Chicago Daily Sun-Times
Thursday, December 26, 1957


Comdr. Guy Howard said Wednesday all four engines stopped at the same time when a big Navy radar plane crashed into the Pacific off Oahu, Monday.
Howard, 41, of Oakland, Calif., one of four survivors of the crash, told newsmen from his hospital bed.  "I really don't know yet what happened..she just stopped flying at 1,500 feet.  All four engines stopped at one time.  We had two drills - one, ironically, a search and rescue mission, and we had finished that one."

Howard said the crew started another drill known as "smoke in the forward baggage compartment" just before the fatal crash. Asked if the plane exploded when it hit the water, Howard replied with a wry smile, "I guess you could say she exploded."  "I was giving Comdr. Woodward a checkout,"  he continued.  "I'd tell him what to do." Comdr. Frederick E. Woodward, son of Fred E. Woodward of Moline, Ill., was among the 17 missing.  He was piloting the plane.

Ships and planes continued to search rough seas for the missing.  An area of more than 3,500 square miles was scanned unsuccessfully by three Navy destroyers, a Coast Guard cutter and Air Force planes.

Howard suffered cuts and a slight skull fracture.  He said he was not wearing a lifejacket when the plane hit the water.  "Fortunately there was one there when I  came up."  He added.  He said the forward portion of the plane was under water when he revived.
Lt. (j.g.) John Thomas Kline, 25 of Honolulu, said he was setting the plane's course during the drill by operating it from a radar console at the rear of the craft.  "I was the only one in the back part of the plane that got out - I was pretty lucky," Kline said.  "The pilot said he was going down to get below some clouds.  I never had a chance to get the radar off before he hit."
Kline said his life was saved by Robert O. Clark, an air controlman third class from Frankfort, Ind. Also among the missing.

"Clark saved my life," Kline said.  "He pushed that radar console off of me." Kline said he saw one of the men, Aviation Electronics Technician 3/c J.C. Rush of Robinson, Ill, go to his death. "I saw Technician Rush die," Kline related.  "He was coming over toward us in the water, then all of a sudden he was face down.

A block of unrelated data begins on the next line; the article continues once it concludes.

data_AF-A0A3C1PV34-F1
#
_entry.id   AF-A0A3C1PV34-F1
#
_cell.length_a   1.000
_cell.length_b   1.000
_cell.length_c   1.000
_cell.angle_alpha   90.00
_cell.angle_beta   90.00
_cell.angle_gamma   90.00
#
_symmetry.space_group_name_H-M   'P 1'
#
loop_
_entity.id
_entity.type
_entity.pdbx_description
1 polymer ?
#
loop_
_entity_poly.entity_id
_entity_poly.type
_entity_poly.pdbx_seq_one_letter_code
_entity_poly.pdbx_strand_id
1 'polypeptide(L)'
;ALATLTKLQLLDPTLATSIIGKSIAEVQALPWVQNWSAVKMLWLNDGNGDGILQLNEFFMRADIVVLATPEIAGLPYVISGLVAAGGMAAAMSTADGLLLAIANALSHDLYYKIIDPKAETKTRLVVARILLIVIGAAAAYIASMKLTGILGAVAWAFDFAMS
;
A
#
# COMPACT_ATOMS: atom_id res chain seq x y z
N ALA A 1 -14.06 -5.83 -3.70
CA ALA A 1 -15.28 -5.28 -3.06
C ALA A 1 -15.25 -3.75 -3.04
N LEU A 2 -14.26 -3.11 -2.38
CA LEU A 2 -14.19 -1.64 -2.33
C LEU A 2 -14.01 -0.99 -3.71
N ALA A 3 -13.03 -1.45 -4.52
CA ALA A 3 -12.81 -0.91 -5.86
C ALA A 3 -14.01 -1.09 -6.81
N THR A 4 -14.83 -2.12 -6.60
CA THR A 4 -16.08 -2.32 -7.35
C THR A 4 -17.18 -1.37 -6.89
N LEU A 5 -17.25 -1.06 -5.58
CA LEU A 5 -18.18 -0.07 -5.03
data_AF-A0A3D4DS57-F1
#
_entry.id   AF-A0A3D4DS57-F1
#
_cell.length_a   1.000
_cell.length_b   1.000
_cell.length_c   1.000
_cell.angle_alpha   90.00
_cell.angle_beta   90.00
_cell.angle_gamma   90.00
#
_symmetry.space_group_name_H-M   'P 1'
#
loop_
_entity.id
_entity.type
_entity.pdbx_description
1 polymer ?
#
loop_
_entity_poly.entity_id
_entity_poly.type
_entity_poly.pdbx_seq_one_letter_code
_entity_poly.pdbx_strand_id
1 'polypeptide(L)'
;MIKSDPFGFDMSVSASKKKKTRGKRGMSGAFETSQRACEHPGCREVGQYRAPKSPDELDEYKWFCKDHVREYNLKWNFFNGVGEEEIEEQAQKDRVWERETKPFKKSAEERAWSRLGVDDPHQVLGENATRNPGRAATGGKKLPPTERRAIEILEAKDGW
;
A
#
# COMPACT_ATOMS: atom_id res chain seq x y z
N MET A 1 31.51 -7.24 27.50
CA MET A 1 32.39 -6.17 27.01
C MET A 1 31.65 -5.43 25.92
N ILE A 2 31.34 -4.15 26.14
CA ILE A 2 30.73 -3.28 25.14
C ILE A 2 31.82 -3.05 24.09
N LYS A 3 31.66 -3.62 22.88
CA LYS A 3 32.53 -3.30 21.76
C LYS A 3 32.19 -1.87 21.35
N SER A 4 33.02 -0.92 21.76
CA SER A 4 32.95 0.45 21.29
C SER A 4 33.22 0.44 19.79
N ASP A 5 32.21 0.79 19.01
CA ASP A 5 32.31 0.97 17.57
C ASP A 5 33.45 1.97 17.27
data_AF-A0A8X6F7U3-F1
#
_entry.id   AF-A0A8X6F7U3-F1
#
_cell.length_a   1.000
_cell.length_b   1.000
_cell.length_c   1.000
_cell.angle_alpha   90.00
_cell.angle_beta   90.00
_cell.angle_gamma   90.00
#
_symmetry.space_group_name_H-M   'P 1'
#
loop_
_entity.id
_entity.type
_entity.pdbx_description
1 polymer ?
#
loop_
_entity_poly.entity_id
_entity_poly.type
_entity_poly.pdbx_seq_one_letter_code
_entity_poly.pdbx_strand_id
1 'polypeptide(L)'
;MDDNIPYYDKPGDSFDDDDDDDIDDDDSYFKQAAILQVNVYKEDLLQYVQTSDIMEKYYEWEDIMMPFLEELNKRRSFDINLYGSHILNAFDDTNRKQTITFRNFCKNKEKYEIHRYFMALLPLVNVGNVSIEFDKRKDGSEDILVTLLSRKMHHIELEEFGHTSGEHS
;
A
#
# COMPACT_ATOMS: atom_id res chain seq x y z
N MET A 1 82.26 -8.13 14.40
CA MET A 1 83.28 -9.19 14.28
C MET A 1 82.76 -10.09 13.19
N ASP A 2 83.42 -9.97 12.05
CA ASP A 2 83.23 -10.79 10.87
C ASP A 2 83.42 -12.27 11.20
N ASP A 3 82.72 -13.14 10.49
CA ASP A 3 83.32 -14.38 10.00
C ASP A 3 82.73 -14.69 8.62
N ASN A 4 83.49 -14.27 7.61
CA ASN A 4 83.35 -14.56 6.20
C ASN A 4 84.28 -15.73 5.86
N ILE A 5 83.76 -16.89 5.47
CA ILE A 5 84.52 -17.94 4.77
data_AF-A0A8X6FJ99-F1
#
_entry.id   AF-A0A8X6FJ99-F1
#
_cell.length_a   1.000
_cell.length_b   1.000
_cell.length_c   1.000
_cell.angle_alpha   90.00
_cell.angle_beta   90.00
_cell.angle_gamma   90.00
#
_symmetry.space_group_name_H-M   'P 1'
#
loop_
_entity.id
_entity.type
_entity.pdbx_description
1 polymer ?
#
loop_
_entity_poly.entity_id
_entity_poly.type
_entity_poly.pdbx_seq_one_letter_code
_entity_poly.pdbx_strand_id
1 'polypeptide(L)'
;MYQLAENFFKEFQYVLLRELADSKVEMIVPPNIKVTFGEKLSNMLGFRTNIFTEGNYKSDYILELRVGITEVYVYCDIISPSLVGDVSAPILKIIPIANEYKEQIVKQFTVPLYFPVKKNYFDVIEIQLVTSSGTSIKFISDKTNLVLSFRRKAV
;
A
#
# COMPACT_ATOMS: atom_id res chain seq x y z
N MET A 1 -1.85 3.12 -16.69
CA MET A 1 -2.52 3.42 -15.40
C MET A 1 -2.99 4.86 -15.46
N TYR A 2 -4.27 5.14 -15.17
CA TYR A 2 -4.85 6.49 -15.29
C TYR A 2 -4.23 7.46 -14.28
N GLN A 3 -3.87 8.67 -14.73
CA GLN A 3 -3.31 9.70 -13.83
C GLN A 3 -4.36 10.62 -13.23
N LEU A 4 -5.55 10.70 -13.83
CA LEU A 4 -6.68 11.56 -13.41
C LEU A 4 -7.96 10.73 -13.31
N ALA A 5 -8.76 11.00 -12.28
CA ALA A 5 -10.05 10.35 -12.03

Rush's body was one of two recovered by search vessels when they picked up the four survivors. "I wouldn't have lasted another hour."  Kline continued "I was damned sure if anyone was going to live, I was."  Kline explained that he had "the will to live" so he could see his wife again.  She lives in Honolulu.

Kline said he could not tell from his radar post at the rear of the plane what happened to the engines or the altitude of the plane. "There was no warning," he said.  "I was directing the plane by radar and I'd tell the pilot what course to take.  I had no chance to tell how close we were to the water." He said fire broke out after the crash.  His left foot, pinned by the radar set, was burned. Clark  pushed the set off his leg. Kline said.  "Then he, Clark, Air Controlman 3/c Charles Darwin Price of Seattle, whose body was recovered, and Aviation Technician 3/c Franklin A. Henry, another survivor, got outside the sinking plane.

"We were hanging on a mattress," Kline said.  "But we lost it and then we teamed up in pairs.  I put a lifejacket on - - I didn't have one before I left the plane."
Kline said both the plane and fuel-covered surrounding water were aflame.
"There was a lot of fire, so I dove right through into the water and swam underwater about 25 feet."  He said.  "There was fire all around me."

Kline's body was a mass of burns and bruises, but a spokesman at Tripler Army Hospital said he was not in serious condition.  His wife visited him at the hospital. Comdr. Howard's wife and two of his three children also visited him as he was eating his Christmas dinner of turkey and trimmings.

Howard said there was always danger during drills when switches were thrown to simulate an emergency, such as the fire in the forward baggage compartment.  Asked if someone could have switched off the engines, Howard replied:  "One thing I know for sure, no switches were thrown where I was."